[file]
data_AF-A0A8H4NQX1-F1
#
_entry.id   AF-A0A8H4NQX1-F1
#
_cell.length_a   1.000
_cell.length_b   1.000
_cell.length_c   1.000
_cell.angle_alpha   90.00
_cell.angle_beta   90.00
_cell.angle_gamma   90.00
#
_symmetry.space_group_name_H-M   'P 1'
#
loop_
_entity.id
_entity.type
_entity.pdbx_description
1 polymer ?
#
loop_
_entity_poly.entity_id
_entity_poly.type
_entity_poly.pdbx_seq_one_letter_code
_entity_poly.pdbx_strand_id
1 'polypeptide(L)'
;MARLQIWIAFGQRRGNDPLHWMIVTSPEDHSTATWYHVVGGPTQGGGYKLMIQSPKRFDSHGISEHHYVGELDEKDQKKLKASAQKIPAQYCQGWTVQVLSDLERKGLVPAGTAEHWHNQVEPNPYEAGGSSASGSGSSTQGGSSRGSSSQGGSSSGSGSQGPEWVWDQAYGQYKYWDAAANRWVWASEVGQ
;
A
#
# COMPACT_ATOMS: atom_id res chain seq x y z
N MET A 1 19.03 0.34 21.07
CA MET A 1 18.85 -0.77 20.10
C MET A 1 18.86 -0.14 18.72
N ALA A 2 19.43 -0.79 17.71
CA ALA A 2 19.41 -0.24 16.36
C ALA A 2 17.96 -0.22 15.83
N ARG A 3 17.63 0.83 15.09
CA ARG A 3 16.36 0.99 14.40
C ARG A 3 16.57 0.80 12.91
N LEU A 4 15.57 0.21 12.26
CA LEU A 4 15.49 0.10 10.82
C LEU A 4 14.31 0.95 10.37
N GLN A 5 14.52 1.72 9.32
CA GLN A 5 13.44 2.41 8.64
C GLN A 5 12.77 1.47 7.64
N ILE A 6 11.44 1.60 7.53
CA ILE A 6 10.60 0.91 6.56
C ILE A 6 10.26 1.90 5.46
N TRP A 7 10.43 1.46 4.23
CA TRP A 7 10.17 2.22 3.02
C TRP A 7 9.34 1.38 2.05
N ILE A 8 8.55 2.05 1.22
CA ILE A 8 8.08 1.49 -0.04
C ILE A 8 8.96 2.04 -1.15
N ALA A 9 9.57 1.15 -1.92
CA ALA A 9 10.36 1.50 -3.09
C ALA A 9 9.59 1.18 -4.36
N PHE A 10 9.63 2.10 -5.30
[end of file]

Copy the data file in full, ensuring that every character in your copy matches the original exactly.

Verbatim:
data_AF-A0A8H4NQX1-F1
#
_entry.id   AF-A0A8H4NQX1-F1
#
_cell.length_a   1.000
_cell.length_b   1.000
_cell.length_c   1.000
_cell.angle_alpha   90.00
_cell.angle_beta   90.00
_cell.angle_gamma   90.00
#
_symmetry.space_group_name_H-M   'P 1'
#
loop_
_entity.id
_entity.type
_entity.pdbx_description
1 polymer ?
#
loop_
_entity_poly.entity_id
_entity_poly.type
_entity_poly.pdbx_seq_one_letter_code
_entity_poly.pdbx_strand_id
1 'polypeptide(L)'
;MARLQIWIAFGQRRGNDPLHWMIVTSPEDHSTATWYHVVGGPTQGGGYKLMIQSPKRFDSHGISEHHYVGELDEKDQKKLKASAQKIPAQYCQGWTVQVLSDLERKGLVPAGTAEHWHNQVEPNPYEAGGSSASGSGSSTQGGSSRGSSSQGGSSSGSGSQGPEWVWDQAYGQYKYWDAAANRWVWASEVGQ
;
A
#
# COMPACT_ATOMS: atom_id res chain seq x y z
N MET A 1 19.03 0.34 21.07
CA MET A 1 18.85 -0.77 20.10
C MET A 1 18.86 -0.14 18.72
N ALA A 2 19.43 -0.79 17.71
CA ALA A 2 19.41 -0.24 16.36
C ALA A 2 17.96 -0.22 15.83
N ARG A 3 17.63 0.83 15.09
CA ARG A 3 16.36 0.99 14.40
C ARG A 3 16.57 0.80 12.91
N LEU A 4 15.57 0.21 12.26
CA LEU A 4 15.49 0.10 10.82
C LEU A 4 14.31 0.95 10.37
N GLN A 5 14.52 1.72 9.32
CA GLN A 5 13.44 2.41 8.64
C GLN A 5 12.77 1.47 7.64
N ILE A 6 11.44 1.60 7.53
CA ILE A 6 10.60 0.91 6.56
C ILE A 6 10.26 1.90 5.46
N TRP A 7 10.43 1.46 4.23
CA TRP A 7 10.17 2.22 3.02
C TRP A 7 9.34 1.38 2.05
N ILE A 8 8.55 2.05 1.22
CA ILE A 8 8.08 1.49 -0.04
C ILE A 8 8.96 2.04 -1.15
N ALA A 9 9.57 1.15 -1.92
CA ALA A 9 10.36 1.50 -3.09
C ALA A 9 9.59 1.18 -4.36
N PHE A 10 9.63 2.10 -5.30